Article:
To confirm the diagnosis of splenomegaly the doctor will typically order tests and procedures that provide verification. These include:
- Complete Blood Count – This blood test can determine the number of white blood cells, platelets, and red blood cells in the bloodstream.
- CT (Computerized Tomography) Scan and Ultrasound Scan – These two scanning procedures can provide visual imagery of the spleen to identify its size, location, and if the condition has crowded other organs in the torso.
- MRI (Magnetic Resonance Imaging) Scan – The scan can trace the flow of blood as it travels through the spleen to identify any blockage caused by an obstruction or pressure from another source.
- Bone Marrow Examination – Examining the makeup of bone marrow can help identify the number of drug blood cells, white blood cells, platelets being produced in the interior of the bones. This examination is performed using a fine needle aspiration technique where liquid samples of bone marrow are removed from the pelvis.
- Liver Functioning Tests – This test can help determine if the spleen is overly active or if the function of the liver is causing the spleen to become enlarged.
- Spleen Biopsy – Though rare, the doctor may recommend a needle biopsy were portion or sample of the spleen is removed for examination under a microscope in a laboratory setting. However, this procedure is rare because of the significant risk of organ bleeding.
Performing imaging tests for visual imagery is not always required to accurately diagnose splenomegaly. To obtain the best results, the patient should refrain from eating prior to the procedure.
The type of treatment the doctor will recommend will likely Bay based on the underlying issues that because the problem initially. If the doctor determines that the splenomegaly condition is the result of a bacterial infection, they will likely recommend an extensive treatment of antibiotic medications to kill off the invading bacteria. Other options for treating and a large spleen include:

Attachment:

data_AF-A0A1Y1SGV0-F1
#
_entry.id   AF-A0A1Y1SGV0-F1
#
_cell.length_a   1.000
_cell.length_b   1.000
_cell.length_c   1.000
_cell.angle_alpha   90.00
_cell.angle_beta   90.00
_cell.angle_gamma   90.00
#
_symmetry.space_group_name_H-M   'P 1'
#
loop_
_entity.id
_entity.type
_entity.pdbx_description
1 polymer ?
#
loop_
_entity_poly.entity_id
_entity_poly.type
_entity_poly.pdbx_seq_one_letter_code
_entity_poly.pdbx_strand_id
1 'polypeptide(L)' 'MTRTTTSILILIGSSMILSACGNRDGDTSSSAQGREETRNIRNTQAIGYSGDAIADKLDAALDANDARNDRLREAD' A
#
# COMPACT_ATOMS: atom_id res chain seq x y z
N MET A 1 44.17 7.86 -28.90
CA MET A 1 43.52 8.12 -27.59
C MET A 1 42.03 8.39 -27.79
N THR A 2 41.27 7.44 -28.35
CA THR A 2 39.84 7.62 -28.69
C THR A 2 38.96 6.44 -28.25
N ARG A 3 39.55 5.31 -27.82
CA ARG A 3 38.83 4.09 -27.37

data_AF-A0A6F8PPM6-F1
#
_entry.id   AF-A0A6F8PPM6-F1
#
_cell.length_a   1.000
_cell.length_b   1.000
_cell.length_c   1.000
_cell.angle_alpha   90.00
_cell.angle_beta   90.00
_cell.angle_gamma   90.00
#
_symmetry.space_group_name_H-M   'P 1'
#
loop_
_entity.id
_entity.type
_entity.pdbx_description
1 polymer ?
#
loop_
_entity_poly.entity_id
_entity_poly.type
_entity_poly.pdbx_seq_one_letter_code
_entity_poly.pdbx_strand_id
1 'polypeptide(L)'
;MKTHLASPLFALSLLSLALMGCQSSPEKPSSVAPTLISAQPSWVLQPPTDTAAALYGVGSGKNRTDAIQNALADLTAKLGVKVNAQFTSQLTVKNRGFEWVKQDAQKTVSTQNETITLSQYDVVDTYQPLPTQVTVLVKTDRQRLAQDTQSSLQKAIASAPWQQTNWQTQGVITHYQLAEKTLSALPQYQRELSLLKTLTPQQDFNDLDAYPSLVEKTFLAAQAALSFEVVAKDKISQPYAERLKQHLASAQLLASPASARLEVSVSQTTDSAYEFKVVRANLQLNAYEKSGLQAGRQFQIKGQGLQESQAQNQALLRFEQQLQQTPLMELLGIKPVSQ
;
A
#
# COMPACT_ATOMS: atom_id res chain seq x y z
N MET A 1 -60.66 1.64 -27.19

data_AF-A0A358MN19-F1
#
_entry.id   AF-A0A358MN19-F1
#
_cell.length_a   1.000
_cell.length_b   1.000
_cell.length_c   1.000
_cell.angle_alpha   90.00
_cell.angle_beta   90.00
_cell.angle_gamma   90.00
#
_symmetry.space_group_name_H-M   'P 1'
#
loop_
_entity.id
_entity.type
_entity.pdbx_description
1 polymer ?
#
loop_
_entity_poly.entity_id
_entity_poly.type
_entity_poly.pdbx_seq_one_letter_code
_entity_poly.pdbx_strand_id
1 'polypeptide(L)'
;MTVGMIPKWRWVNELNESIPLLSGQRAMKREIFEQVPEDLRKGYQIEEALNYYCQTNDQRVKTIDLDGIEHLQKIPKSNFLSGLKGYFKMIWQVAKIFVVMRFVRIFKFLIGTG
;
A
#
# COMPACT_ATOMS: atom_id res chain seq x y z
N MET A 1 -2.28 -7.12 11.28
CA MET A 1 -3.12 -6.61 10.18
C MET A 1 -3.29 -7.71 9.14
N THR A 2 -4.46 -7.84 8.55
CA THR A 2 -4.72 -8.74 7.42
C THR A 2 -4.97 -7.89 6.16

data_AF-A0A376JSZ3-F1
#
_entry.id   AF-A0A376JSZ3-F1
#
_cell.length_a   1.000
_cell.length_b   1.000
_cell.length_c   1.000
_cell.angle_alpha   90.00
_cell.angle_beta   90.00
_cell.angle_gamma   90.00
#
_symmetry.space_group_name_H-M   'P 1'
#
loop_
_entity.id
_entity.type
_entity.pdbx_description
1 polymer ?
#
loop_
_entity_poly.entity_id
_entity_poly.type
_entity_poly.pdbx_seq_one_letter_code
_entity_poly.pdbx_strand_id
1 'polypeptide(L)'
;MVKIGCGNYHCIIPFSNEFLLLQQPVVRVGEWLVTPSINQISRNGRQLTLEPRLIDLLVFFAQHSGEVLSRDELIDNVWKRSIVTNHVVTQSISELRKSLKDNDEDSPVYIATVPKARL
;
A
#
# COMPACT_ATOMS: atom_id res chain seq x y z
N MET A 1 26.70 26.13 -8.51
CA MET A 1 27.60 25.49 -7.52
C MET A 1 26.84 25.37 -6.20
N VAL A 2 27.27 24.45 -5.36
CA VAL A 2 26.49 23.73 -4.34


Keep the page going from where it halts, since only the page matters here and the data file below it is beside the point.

- Watchful Waiting – If the doctor verifies a diagnosis of splenomegaly without determining an underlying cause and the patient does not experience any symptoms, it may be recommended to simply weight and watched to see if the condition corrects itself or does not worsen. Typically, the doctor will want to perform a reevaluation and examination within a year or sooner, especially if symptoms begin to develop.
- Spleen Removal – If the patient is experiencing serious complications associated with an enlarged spleen or the underlying cause is not identified or treated, a splenectomy (surgical removal of the spleen) is likely be only option. The best chance for recovery and critical and chronic cases is usually obtained through surgery.
There are associated risks involved in performing surgical operations on the spleen or removing the organ from the body. Because of that, electing to remove the spleen should be carefully considered. That said, many individuals live up healthy and active life after their spleen has been removed, especially if damage was caused by excessive trauma, like a car accident. However, many individuals who have had their spleen removed contract life-threatening or serious infections.
The doctor may choose to use radiation therapy to shrink the enlarged organ as a way of avoiding undergoing the knife and having the spleen removed. The doctor may recommend that the patient follow specific steps at reducing the potential risk of developing infections including undergoing a series of vaccinations to protect against meningitis, pneumonia, and joint/bone/blood infections.
Following an antibiotic regimen of penicillin before and after surgery can diminish the potential of developing an infection. Additionally, individuals should consider the dangers of traveling parts of the world that have malaria.